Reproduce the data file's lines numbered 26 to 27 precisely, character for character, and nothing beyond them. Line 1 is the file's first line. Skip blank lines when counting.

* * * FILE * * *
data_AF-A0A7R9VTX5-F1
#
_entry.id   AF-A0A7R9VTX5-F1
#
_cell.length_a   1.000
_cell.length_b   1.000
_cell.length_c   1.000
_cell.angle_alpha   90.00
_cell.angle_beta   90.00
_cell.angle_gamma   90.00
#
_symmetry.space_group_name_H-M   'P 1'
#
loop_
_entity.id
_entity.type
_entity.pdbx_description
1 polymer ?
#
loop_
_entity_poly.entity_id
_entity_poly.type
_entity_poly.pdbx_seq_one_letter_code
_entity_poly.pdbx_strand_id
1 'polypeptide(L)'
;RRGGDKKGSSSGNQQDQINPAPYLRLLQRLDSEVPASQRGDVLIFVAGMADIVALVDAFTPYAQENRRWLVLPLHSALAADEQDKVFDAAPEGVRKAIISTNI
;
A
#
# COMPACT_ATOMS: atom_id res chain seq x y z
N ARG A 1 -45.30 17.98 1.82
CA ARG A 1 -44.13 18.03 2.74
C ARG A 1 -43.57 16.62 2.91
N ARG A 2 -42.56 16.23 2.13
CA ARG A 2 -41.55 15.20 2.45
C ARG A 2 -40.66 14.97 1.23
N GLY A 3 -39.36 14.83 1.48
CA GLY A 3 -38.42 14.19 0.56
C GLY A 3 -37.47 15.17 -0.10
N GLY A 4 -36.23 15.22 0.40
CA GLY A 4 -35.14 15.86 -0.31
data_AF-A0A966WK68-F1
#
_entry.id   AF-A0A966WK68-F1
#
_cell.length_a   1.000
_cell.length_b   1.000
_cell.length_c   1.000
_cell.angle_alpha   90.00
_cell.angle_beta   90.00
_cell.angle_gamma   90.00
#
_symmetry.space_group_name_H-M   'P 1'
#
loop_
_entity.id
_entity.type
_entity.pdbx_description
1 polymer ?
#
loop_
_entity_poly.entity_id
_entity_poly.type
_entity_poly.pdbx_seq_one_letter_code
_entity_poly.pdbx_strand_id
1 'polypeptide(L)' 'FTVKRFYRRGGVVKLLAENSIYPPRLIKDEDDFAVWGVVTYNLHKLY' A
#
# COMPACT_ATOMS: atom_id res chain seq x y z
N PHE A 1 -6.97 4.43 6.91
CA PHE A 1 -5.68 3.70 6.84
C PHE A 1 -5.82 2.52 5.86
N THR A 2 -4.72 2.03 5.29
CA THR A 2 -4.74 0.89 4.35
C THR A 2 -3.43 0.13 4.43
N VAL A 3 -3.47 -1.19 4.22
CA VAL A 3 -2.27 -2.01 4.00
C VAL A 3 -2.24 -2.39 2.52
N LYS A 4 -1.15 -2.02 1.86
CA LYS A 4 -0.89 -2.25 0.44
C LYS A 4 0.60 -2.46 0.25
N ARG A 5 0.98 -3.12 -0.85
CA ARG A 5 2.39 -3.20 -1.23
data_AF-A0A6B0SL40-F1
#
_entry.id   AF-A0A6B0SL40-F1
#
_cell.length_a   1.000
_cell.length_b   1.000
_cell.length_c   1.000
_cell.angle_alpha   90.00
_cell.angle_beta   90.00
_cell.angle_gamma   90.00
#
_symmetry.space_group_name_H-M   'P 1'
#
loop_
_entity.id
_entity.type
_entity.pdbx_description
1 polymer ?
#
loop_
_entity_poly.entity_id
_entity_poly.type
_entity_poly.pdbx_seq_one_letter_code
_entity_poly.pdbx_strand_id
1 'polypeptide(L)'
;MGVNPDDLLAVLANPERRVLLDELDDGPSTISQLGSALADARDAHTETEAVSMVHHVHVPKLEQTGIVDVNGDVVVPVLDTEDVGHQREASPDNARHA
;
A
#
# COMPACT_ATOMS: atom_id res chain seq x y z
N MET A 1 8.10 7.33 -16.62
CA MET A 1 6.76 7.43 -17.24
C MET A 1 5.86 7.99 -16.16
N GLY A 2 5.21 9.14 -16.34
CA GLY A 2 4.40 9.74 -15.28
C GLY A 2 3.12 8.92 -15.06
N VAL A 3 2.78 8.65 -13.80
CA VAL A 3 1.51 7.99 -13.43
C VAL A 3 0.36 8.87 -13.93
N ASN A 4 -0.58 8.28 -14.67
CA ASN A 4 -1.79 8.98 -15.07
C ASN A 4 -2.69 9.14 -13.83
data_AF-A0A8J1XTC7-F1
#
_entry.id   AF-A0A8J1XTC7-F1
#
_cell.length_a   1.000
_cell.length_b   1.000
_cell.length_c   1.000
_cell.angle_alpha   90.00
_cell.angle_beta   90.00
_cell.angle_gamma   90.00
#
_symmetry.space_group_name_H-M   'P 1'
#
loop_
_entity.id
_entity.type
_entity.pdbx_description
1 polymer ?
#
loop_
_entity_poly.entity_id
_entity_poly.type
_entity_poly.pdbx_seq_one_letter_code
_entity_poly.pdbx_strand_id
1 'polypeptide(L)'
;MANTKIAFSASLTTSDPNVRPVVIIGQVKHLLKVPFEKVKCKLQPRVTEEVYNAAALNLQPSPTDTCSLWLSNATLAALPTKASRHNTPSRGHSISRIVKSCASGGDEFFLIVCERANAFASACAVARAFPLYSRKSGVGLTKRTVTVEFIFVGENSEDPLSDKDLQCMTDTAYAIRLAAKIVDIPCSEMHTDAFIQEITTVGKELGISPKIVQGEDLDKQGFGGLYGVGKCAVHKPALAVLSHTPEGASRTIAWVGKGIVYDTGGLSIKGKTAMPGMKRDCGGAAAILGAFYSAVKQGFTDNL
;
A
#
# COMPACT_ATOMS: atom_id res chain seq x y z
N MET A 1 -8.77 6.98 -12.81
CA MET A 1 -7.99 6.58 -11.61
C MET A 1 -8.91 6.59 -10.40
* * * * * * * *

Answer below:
;RRGGDKKGSSSGNQQDQINPAPYLRLLQRLDSEVPASQRGDVLIFVAGMADIVALVDAFTPYAQENRRWLVLPLHSALAADEQDKVFDAAPEGVRKAIISTNI
;